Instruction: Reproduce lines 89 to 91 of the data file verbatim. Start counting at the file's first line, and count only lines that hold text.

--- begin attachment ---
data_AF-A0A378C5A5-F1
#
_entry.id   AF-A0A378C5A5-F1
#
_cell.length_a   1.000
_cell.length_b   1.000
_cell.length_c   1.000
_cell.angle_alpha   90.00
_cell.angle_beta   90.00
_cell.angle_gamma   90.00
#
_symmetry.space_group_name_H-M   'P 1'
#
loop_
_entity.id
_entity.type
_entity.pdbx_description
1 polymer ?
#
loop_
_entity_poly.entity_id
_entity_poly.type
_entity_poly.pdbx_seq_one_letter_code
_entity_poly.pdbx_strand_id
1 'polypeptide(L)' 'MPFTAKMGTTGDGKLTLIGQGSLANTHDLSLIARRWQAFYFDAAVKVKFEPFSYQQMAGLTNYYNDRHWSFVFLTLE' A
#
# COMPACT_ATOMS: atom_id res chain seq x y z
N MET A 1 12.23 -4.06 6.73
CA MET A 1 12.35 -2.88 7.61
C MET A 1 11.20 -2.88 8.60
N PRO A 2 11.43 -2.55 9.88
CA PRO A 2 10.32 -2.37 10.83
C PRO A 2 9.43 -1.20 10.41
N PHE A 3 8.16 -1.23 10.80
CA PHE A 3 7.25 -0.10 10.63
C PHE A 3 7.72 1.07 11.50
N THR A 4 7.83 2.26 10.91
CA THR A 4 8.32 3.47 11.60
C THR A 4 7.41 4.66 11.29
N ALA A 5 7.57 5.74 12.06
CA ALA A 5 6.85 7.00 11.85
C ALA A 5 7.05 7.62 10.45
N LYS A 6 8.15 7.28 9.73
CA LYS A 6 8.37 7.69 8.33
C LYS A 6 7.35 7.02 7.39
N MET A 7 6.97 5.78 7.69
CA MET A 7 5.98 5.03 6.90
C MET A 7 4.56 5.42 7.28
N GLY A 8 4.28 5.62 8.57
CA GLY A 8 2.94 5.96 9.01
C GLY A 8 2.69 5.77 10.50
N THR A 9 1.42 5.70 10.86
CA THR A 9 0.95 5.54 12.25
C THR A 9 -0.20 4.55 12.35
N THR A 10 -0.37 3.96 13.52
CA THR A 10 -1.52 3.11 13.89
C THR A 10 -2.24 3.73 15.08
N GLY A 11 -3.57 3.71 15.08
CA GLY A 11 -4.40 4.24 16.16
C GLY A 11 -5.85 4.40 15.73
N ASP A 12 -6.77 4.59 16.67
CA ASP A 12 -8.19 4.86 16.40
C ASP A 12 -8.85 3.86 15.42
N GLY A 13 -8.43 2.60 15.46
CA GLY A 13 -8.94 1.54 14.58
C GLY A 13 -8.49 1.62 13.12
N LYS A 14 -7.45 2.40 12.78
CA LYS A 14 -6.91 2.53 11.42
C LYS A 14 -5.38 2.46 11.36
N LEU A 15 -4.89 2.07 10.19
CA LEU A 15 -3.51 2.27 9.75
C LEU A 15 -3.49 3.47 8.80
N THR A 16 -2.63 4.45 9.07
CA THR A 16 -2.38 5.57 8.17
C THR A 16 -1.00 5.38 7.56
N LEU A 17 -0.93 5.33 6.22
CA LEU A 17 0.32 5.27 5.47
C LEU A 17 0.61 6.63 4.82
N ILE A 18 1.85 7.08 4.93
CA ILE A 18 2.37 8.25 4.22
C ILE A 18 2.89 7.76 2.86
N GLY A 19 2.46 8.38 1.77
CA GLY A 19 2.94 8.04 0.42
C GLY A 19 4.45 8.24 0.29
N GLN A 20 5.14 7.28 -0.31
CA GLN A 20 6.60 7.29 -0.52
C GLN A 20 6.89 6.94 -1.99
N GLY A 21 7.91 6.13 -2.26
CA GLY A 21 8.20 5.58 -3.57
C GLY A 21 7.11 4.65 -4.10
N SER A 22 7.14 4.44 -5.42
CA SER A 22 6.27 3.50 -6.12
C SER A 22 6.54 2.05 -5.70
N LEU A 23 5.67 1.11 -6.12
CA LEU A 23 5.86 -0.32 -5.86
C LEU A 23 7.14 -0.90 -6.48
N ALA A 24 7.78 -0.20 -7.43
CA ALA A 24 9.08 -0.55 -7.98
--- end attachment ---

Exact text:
CA GLY A 21 8.20 5.58 -3.57
C GLY A 21 7.11 4.65 -4.10
N SER A 22 7.14 4.44 -5.42